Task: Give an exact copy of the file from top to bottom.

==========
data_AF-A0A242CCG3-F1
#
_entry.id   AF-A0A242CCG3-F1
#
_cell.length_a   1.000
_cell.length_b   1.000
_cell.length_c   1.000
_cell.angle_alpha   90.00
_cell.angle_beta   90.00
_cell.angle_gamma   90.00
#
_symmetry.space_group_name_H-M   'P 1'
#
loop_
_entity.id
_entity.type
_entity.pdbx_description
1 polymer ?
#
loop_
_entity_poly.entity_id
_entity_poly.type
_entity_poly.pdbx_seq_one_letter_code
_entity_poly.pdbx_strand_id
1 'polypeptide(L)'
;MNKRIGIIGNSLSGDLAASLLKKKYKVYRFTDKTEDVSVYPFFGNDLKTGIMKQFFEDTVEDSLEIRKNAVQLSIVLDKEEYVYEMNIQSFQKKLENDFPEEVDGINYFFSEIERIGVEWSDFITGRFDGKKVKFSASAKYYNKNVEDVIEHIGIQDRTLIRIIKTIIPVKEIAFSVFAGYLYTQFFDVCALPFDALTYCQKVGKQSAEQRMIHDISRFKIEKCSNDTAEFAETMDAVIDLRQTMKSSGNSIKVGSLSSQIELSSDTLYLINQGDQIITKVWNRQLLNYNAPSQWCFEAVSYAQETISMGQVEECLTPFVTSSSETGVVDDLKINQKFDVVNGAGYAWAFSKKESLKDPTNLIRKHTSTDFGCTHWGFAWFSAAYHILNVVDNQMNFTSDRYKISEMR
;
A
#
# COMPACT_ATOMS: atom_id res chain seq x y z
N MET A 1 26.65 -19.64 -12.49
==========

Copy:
data_AF-A0A242CCG3-F1
#
_entry.id   AF-A0A242CCG3-F1
#
_cell.length_a   1.000
_cell.length_b   1.000
_cell.length_c   1.000
_cell.angle_alpha   90.00
_cell.angle_beta   90.00
_cell.angle_gamma   90.00
#
_symmetry.space_group_name_H-M   'P 1'
#
loop_
_entity.id
_entity.type
_entity.pdbx_description
1 polymer ?
#
loop_
_entity_poly.entity_id
_entity_poly.type
_entity_poly.pdbx_seq_one_letter_code
_entity_poly.pdbx_strand_id
1 'polypeptide(L)'
;MNKRIGIIGNSLSGDLAASLLKKKYKVYRFTDKTEDVSVYPFFGNDLKTGIMKQFFEDTVEDSLEIRKNAVQLSIVLDKEEYVYEMNIQSFQKKLENDFPEEVDGINYFFSEIERIGVEWSDFITGRFDGKKVKFSASAKYYNKNVEDVIEHIGIQDRTLIRIIKTIIPVKEIAFSVFAGYLYTQFFDVCALPFDALTYCQKVGKQSAEQRMIHDISRFKIEKCSNDTAEFAETMDAVIDLRQTMKSSGNSIKVGSLSSQIELSSDTLYLINQGDQIITKVWNRQLLNYNAPSQWCFEAVSYAQETISMGQVEECLTPFVTSSSETGVVDDLKINQKFDVVNGAGYAWAFSKKESLKDPTNLIRKHTSTDFGCTHWGFAWFSAAYHILNVVDNQMNFTSDRYKISEMR
;
A
#
# COMPACT_ATOMS: atom_id res chain seq x y z
N MET A 1 26.65 -19.64 -12.49